An outstanding champion of contemporary music, Leila Josefowicz is the chosen interpreter of several leading composers including the late Oliver Knussen, Esa-Pekka Salonen, Steven Mackey, Matthias Pintscher and Luca Francesconi.
Highlights of Josefowicz’s 2019/20 season include opening the London Symphony Orchestra’s season with Sir Simon Rattle and returning to San Francisco Symphony with the incoming Music Director Esa-Pekka Salonen to perform his Violin Concerto. Further engagements include concerts with Los Angeles Philharmonic, NDR Elbphilharmonie Orchester, Orchestre de la Suisse Romande, Chicago Symphony Orchestra, City of Birmingham Symphony Orchestra and the Cleveland and Philadelphia orchestras, where she will be working with conductors at the highest level, including Susanna Mälkki, Matthias Pintscher and John Adams.
Alongside pianist John Novacek, with whom she has enjoyed a close collaboration since 1985, Josefowicz has performed recitals at world-renowned venues such as New York’s Zankel Hall, Washington DC’s Kennedy Center and London’s Wigmore Hall, as well as in Reykjavik, Chicago, San Francisco and Santa Barbara. This season, they appear together at Washington DC’s Library of Congress, New York’s Park Avenue Armory and Amherst College. She will also join Thomas Adès in recital to perform the world premiere of his new violin and piano work at Fondation Louis Vuitton in Paris and the Japanese premiere at the Tokyo Opera City Cultural Foundation.
Recent highlights include engagements with the Berliner Philharmoniker, Royal Concertgebouw Orchestra, Washington’s National Symphony Orchestra, Tonhalle-Orchester Zürich and Boston and Finnish Radio symphony orchestras. In summer 2017, Josefowicz appeared at Birmingham’s Symphony Hall and London’s Royal Albert Hall at the BBC Proms with City of Birmingham Symphony Orchestra under conductor Mirga Gražinytė-Tyla.
“Josefowicz’s fierce commitment to a solo part that never parades virtuosity for its own sake, but also because its challenges always serve a searching and rewardingly complex musical argument.”
(Guardian, September 2019)
“Josefowicz brought ferociously raw expression to the opening “Recitative” and a poignant lyricism to a too-moving-for-words central “Aria.” Then she turned the “Gigue” into a gripping dance of life and death.”
(LA Times, December 2019)
“Josefowicz, who played with stunning brilliance, (…) her high-voltage presence being as striking as dance.”
(Mark Swed, LA Times, July 2019)
“Josefowicz is magnificent throughout, whether negotiating ferocious technical challenges or playing with gentle lyrical wonder”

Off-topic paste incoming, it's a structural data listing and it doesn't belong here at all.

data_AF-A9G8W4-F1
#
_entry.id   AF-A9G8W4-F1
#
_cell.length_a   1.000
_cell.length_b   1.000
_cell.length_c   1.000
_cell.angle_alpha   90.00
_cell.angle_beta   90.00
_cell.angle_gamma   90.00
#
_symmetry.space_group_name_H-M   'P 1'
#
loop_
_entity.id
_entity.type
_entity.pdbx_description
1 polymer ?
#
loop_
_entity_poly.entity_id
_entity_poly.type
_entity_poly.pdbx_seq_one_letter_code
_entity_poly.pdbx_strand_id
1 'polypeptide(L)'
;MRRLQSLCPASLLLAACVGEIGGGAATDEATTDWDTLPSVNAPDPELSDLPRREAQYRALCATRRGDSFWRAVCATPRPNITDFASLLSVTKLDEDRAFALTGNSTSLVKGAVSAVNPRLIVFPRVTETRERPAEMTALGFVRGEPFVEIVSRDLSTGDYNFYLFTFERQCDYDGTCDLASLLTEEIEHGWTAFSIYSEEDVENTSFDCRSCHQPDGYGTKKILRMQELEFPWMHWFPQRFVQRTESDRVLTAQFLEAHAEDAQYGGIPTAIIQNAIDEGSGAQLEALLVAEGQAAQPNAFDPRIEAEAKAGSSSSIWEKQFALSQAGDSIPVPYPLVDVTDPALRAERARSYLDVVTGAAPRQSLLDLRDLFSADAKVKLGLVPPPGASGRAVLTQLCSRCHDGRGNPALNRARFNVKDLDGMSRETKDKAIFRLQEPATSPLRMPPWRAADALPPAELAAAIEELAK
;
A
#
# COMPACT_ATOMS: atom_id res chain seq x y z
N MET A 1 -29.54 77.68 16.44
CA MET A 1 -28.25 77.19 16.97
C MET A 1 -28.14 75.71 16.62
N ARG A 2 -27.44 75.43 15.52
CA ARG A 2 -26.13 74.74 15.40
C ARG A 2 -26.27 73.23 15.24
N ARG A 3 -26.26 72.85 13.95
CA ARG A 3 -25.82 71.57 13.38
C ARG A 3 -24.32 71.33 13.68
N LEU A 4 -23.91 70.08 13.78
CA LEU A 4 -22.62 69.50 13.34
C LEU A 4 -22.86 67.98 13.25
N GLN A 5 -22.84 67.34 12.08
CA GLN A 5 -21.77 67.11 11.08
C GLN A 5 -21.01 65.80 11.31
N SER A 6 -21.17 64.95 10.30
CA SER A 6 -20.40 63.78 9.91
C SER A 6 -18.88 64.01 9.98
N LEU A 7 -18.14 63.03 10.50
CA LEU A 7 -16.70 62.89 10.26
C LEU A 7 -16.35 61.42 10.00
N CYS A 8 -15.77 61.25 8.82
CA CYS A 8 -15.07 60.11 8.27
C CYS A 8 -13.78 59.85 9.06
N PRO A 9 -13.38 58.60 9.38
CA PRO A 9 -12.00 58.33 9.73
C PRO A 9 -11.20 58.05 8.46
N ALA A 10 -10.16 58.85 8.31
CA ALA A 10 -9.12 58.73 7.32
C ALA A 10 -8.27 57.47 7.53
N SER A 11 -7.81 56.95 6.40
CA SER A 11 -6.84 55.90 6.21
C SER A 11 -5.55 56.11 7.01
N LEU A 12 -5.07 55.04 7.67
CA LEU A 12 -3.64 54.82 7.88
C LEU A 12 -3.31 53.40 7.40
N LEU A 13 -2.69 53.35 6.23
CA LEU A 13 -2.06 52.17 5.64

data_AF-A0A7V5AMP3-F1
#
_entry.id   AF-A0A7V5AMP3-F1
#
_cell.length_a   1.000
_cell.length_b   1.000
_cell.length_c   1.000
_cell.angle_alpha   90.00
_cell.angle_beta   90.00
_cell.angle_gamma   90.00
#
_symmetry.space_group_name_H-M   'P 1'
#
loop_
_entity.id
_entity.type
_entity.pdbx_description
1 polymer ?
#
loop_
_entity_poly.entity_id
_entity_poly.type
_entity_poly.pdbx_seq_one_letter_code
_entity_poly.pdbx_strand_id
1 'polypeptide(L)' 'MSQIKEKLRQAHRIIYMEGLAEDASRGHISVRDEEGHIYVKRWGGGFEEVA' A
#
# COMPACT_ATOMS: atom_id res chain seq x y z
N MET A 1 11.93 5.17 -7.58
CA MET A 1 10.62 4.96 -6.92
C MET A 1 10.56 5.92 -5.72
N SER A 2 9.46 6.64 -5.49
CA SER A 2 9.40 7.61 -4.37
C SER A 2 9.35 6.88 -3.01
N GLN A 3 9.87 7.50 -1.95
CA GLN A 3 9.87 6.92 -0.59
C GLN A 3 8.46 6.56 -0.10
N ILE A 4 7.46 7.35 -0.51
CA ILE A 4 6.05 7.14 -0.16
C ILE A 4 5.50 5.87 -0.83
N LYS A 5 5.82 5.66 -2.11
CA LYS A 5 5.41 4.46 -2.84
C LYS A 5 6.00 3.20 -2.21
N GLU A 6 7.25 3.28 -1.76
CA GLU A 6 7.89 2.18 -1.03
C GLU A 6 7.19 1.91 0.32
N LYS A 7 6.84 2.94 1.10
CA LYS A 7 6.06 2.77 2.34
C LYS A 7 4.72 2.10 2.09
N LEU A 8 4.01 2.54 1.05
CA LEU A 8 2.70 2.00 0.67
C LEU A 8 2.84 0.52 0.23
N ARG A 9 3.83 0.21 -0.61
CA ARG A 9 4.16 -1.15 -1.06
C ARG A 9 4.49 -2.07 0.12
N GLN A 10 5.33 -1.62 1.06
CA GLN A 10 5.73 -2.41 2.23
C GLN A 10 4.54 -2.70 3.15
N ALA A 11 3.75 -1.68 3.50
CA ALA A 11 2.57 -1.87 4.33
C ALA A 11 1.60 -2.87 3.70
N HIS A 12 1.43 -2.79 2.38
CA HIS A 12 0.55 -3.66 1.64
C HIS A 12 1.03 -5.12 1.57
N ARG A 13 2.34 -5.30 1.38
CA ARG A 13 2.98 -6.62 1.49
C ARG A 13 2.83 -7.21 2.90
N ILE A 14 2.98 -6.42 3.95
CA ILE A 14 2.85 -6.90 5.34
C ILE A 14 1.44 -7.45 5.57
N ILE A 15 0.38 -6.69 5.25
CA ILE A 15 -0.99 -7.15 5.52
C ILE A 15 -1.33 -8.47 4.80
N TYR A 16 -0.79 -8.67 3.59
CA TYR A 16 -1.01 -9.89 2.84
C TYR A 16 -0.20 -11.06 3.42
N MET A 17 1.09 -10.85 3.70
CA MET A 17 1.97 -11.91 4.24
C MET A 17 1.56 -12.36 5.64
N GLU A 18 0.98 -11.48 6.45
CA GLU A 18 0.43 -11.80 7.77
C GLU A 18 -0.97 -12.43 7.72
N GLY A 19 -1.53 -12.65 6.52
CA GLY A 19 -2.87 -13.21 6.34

(Tim Homfray, The Strad, April 2019)
“Leila Josefowicz is just the right kind of violinist: tough, uncompromising, always ready to do battle with the band and to soar, exhilaratingly, above it.”
(Andrew McGregor, Radio 3 Record Review)
“Ms. Josefowicz seized on every phrase of the violin part to bring out its character and musical content. She made the most of each moment, playing with brightness, mystery, eagerness”
(Anthony Tommasini, New York Times, October 2018)
“From breathless pyrotechnic explosions to the episodes of expressive (but still steely) lyricism, [Leila Josefowicz] brought every corner of the work to light like a majestic tragedian.”
(San Francisco Chronicle, February 2017)
“Josefowicz’s musicianship is one of a kind — completely in tune with the shifting emotional landscape of Adams’ harmonic musical language, which is complex, but not in the over-intellectualized, 20th-century avant-garde way. Its complexity reflects first and foremost the emotional complexity of the musical content. Josefowicz brought all these layers to life.”
(Thomas May, The Seattle Times, March 2016)
“Duende: The Dark Notes revealed itself to be a richly imagined score in this performance by the violinist Leila Josefowicz under the baton of Susanna Mälkki. Playing with wonderful virtuosity, Josefowicz commanded a part that scarcely rests and forms an almost constant aspect of the soundscape.”
(John Allison, The Daily Telegraph, July 2015)
“What would a Scheherazade for our own time be like? This work offers John Adams’ answer in the portrait of a beautiful, empowered and fearless woman confronting oppression. He described the brilliant Leila Josefowicz, for whom he wrote this work in a commission from the New York Philharmonic, as the embodiment of his heroine as a fearless and empowered artist. Long an Adams champion, Ms Josefowicz gave a dazzling and inspired performance.”
(Anthony Tommasini, The New York Times, March 2015)
“Josefowicz, for whom Esa-Pekka Salonen’s Violin Concerto was written, plays with confidence and fizzing energy”
(Andrew Morris, International Record Review, January 2013)
We hope you enjoy receiving news from us, but if you would like to opt out of receiving emails from HarrisonParrott or PolyArts at any time, you can do so by sending an email to firstname.lastname@example.org or by clicking the UNSUBSCRIBE link at the bottom of any email that you receive from us.